You have heard the phrase contested divorce. It points out a salient fact: that in dissolving a marriage, you have to split up everything - the money you saved, the home you made together, even the children you brought into the world.
Despite having previously published a post about the need for attorneys to be responsive by returning client calls and emails, as well as taking the time to explain things to clients involved in divorce, family law, or other cases, and provide copies of all pleadings and papers to the client. I have experienced a recent resurgence in people consulting me due to those kinds of problems. In the past couple of weeks four people have contacted me because their attorneys do not return their calls or emails, and when I ask questions about their cases, those people don't know what is going on with their case, or even have copies of the case pleadings and papers. They also have not received bills, so they don't know where their money is going.
When it is apparent your marriage just is not going to work out, you might start looking for information about the divorce process. Like many others, you turn to the internet for help. Some of the results you find may lead you to think that it is not necessary to have an attorney to help you with your divorce; instead, you decide to try to handle it on your own. You could not be making a bigger mistake.
There is the divorce process, and this provides additional background.
High conflict divorce and family law cases High-conflict cases arise in matters where one parent asserts a "right" to certain privileges without regard to the court orders, and usually that one parent is, or perhaps both are, seeking to control the other with entitlement attitudes. In some instances there may even be underlying psychological problems. They usually involve custody of the children and issues surrounding how custody is assigned, and how the parties participate in parent-time. A high conflict case does not have to be a divorce; it can be any family law case, such as a paternity matter, a custody matter, or a case seeking to change prior orders. High conflict
I am aware of only one Utah case that actually discusses what a high-conflict case is; R.B. v. L.B.1 The Utah Court of Appeals noted that the case is and has evidently always been a high conflict case. Before the [divorce] decree, there were numerous hearings before the commissioner, objections to the recommendations of the commissioner, motions to reconsider the commissioner's orders, motions for contempt, discovery disputes, motions for discovery sanctions, motions to compel, motions for Rule 11 sanctions, accusatory affidavits, allegations of abuse and child abuse, numerous temporary orders, motions to transfer jurisdiction to Kentucky, requests for communication with the Kentucky courts, disputes about a custody evaluation, a Rule 60(b) motion for relief from an order denying bifurcation, motions to disqualify counsel ... disputes about GAL fee allocation, motions to strike pleadings as untimely, a motion for [a temporary restraining order] ... alleging [Mother] was trying to get [Father] dismissed from his job ... allegations by [Father] against the two female commissioners who have been assigned on this case of sexual discrimination against [Father], and changes of counsel.2 R..B. demonstrates what parties go through in a high-conflict matter. If your case has just some of the R.B. elements, then you could be involved in a high-conflict case.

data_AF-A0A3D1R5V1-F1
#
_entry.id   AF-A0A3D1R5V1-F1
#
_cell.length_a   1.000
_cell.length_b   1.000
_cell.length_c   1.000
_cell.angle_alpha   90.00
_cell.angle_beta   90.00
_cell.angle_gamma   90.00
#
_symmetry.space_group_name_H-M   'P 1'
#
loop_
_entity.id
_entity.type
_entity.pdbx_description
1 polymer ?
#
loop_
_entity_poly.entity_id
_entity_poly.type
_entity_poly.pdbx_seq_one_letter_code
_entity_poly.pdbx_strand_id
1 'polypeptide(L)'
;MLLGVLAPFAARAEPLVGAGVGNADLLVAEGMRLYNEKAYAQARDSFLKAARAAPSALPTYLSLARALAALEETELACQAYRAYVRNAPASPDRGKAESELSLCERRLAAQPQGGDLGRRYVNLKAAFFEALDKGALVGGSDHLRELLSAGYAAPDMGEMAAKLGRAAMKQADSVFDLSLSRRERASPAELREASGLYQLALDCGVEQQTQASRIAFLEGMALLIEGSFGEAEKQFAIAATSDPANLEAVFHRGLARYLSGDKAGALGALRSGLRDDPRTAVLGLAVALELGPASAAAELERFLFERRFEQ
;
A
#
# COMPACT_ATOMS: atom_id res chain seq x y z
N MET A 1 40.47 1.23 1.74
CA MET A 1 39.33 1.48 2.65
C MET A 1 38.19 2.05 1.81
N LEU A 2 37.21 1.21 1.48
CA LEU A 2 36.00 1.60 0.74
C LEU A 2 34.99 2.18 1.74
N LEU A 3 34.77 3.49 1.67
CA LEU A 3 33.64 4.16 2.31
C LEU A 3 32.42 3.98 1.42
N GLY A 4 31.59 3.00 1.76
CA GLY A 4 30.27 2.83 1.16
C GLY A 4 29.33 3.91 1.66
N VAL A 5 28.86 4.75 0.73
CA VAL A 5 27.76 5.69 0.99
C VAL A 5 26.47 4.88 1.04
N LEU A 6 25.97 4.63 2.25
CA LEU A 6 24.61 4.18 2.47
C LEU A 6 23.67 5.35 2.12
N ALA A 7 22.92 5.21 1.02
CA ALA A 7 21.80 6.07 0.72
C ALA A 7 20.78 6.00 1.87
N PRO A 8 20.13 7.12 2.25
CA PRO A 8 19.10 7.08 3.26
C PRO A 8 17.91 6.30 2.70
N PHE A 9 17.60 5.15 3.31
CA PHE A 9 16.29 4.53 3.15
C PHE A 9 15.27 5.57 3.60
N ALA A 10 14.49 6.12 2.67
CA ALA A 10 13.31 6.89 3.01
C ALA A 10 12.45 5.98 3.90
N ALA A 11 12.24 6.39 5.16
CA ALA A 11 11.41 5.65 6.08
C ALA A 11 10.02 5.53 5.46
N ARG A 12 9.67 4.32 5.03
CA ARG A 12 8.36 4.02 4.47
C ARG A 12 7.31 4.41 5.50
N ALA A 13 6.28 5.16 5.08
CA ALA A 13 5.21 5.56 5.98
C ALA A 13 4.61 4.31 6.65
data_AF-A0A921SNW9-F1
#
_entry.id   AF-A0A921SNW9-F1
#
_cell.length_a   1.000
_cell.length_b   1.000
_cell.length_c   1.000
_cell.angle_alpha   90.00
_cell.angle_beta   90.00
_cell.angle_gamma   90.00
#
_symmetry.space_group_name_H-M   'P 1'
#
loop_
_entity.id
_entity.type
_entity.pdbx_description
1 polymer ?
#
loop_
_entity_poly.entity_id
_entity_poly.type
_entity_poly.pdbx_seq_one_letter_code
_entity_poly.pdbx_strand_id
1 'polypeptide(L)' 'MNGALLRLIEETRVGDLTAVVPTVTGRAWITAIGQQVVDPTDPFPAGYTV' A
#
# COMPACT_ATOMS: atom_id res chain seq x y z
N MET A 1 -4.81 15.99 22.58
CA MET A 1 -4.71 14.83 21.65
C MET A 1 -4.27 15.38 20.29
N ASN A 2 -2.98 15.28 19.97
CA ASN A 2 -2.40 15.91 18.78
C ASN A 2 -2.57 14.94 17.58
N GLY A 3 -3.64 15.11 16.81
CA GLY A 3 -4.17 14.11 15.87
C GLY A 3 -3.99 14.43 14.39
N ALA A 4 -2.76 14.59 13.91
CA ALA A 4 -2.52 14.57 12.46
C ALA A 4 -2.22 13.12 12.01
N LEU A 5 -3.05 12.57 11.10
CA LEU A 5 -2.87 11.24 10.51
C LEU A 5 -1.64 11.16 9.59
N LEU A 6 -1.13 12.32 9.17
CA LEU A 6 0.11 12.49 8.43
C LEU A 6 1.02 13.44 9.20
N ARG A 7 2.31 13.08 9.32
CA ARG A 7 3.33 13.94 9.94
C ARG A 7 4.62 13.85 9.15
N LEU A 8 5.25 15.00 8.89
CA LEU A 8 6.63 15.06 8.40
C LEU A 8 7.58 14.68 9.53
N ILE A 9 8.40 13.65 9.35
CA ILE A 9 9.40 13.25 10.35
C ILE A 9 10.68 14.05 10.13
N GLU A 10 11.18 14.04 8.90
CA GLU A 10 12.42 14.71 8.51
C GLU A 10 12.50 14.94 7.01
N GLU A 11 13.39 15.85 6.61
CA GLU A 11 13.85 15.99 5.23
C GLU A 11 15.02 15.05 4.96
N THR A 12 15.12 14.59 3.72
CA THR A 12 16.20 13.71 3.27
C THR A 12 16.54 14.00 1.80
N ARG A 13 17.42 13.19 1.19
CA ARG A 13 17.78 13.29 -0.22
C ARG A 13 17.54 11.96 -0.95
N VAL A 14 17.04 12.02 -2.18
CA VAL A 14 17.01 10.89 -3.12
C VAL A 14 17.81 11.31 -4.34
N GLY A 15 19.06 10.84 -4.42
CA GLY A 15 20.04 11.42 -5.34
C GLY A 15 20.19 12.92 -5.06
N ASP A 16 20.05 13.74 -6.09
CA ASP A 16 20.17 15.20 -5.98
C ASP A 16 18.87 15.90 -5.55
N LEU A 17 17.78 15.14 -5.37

Please understand that the motions mentioned and legal actions taken are not "wrong". Affirmatively bringing the underlying facts to the attention of the court can be appropriate, such as when the facts support your position or your opponent is violating the rules of court. These kinds of motions are required when one side does not abide by the rules of court in a timely manner, files pleading late, or takes actions that are not in the best interests of the child. There are also times when commissioners make mistakes and a party has to take one, or more, issues to the judge.
If you are dealing with a high-conflict case, you need to prepare to affirmatively and legally protect your rights while holding your opponent accountable. Although you can attempt to use counsel or mediation in order to resolve any issues, those options may not be viable in a true high-conflict case -- the other side will control the mediation and use it as a forum to assert his or her rights. Besides, the other side will ignore any agreements made. Your sole option then is to take the disputes to court.
When you take the disputes to the court, you need be sure that you have fully complied with all rules. In other words, you need "clean hands". You will need to have the detailed evidence to support your claims fully. You want to make it as easy as possible for the commissioner or judge to understand the facts, and rule in your favor.
1 2014 UT App 270; 339 P.3d 137; 2014 Utah App. LEXIS 275; 773 Utah Adv. Rep. 14
2 339 P.3d at 140; ¶ 2.